Craig Paquette has had a full-length basketball court in the backyard of his family's Garden Grove home since he was in seventh grade.
There he honed the shooting touch he used to average 22 points a game as a senior at Rancho Alamitos High School in 1987.
But Paquette, 20, avoids the courts now.
"I'm trying to stop," Paquette said. "Last time I played, some guy twisted his ankle. . . . I've got to stick to baseball."
Paquette plays third base for the Southern Oregon Athletics, the Oakland Athletics' Class-A team in Medford, Ore.
Although he enjoyed high school basketball and had opportunities to play at community colleges, Paquette knew his desire was to be a professional athlete. And his best chance, he felt sure, was in baseball.
The Minnesota Twins drafted him in the 36th round out of high school, but Paquette turned down the Twins' offer.
"I wasn't physically or mentally ready," he said. "I hadn't lifted weights. I didn't think I was strong enough.
"Coming out of high school, (facing) a 6-5 guy on the mound throwing 90 (miles per hour), I thought I would be a little scared up there. I got a bit intimidated by the hard throwers."
That was more than two years ago. After playing at Golden West College, Paquette was drafted by the A's this year.
And these days, it's the 6-foot, 185-pound Paquette who is doing the intimidating in his first season of professional baseball.
Last week, he was in a brief two-for-15 slump that caused his batting average to drop from about .380 to .330.
"I'm not hitting the ball really well," he said Tuesday. "Right now, I think it is a mental thing. I'm trying to work too hard or thinking about every at-bat instead of just going out there and trying to hit the ball. I'm jumping at the pitch. I have to lay back, keep my weight back. I'm in a small slump right now, but I'll get out of it."
He hit two home runs Wednesday night in a 9-0 victory over the Everett (Wash.) Giants, and added a grand slam Saturday night in an 11-5 victory over the Eugene (Ore.) Emeralds.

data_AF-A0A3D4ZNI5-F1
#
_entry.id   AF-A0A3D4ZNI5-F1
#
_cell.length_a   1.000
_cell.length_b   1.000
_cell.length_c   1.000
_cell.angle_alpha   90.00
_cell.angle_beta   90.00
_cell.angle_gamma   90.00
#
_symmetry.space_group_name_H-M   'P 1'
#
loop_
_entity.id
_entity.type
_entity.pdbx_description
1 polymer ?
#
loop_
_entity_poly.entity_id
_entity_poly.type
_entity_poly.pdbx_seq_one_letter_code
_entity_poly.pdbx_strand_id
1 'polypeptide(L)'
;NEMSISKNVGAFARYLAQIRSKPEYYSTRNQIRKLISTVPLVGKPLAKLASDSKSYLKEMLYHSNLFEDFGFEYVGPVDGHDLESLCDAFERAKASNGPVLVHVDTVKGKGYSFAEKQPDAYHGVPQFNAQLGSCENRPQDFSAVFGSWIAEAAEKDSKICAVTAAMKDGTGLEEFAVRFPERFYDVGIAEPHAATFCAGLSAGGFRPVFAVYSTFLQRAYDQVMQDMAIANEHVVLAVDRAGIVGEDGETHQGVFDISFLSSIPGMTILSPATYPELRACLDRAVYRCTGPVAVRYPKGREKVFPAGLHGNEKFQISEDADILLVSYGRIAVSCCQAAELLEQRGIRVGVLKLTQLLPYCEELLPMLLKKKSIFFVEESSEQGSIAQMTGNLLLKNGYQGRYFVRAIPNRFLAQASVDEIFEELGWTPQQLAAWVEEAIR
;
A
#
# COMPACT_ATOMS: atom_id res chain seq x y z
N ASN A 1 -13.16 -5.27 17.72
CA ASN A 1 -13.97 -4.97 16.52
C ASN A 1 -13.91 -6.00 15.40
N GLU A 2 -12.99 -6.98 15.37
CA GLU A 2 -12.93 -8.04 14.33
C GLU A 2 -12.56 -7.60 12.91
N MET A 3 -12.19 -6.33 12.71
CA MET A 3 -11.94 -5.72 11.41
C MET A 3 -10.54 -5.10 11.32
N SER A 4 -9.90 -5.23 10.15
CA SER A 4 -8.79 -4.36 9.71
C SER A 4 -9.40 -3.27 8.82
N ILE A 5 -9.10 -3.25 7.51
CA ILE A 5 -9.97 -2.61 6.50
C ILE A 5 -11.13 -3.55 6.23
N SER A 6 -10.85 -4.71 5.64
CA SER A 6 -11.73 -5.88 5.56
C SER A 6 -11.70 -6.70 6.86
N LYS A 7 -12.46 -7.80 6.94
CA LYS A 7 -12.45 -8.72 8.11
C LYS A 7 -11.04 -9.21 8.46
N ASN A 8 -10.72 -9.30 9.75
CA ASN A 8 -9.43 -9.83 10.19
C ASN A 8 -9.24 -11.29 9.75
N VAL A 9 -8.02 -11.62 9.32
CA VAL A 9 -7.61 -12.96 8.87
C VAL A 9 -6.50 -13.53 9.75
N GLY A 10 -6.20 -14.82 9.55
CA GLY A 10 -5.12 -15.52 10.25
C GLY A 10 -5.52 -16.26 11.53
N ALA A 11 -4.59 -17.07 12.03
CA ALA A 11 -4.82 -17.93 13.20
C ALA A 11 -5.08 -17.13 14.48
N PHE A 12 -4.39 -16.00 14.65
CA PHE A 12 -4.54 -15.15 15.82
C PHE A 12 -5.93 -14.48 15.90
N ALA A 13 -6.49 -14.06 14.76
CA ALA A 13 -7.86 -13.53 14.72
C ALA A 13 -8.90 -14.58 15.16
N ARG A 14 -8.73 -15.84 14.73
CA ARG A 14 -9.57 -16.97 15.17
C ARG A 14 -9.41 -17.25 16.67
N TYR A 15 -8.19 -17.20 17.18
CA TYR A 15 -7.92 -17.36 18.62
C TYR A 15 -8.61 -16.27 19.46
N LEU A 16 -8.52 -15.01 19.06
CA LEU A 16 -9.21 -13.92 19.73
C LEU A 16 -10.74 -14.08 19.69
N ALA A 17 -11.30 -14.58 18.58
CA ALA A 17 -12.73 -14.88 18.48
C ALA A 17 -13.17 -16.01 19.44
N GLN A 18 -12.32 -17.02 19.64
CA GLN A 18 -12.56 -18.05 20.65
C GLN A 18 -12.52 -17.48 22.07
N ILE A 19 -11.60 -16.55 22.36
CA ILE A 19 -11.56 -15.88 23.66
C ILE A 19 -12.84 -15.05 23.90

His .363 batting average leads the club, which leads the Northwest League's Southern Division, and he is second in hitting in the league. He has a team-leading 57 hits in 157 at-bats, and also leads the team in doubles with 14. He has hit seven home runs, and is second on the team in RBIs with 31.
Paquette also had the team's longest hitting streak earlier this year at 11 games.
"He has been swinging the bat well," Manager Grady Fuson said. "When he tells you he went into a slump it's because he was hitting .380 and went down to about .330.
"He has a chance to be a really good player. He has some great tools and a good personality. He is not a high-and-low guy. He has an even temperament. He doesn't get down on himself when he has a bad game."
Paquette is finding the Class-A life style more comfortable than he expected.
He had heard the minor league horror stories of players living six to an apartment, sleeping on the floor and pinching pennies.
With the A's, he is part of a program designed to give young players family support even though they are far from home.
Paquette and a teammate live with a family, and have their own rooms in a single-story, three-bedroom home with a pool, a "nice-sized" living room and family room--"and a satellite dish," Paquette said.
"I prepared myself in my mind for the worst, and hoped it would be better than I thought and it was," Paquette said. "A lot better. I'm pretty lucky to be living with a family right now."
The family supplies the food, although Paquette says he cooks himself. And he doesn't have to save his quarters for laundry.
Jim and Darla Arnsberg charge him $50 a month.
"Their son (Brad Arnsberg) is playing triple-A ball for the Texas Rangers, so they are really baseball-oriented," Paquette said. "They know what it is like, and they just want to be supportive."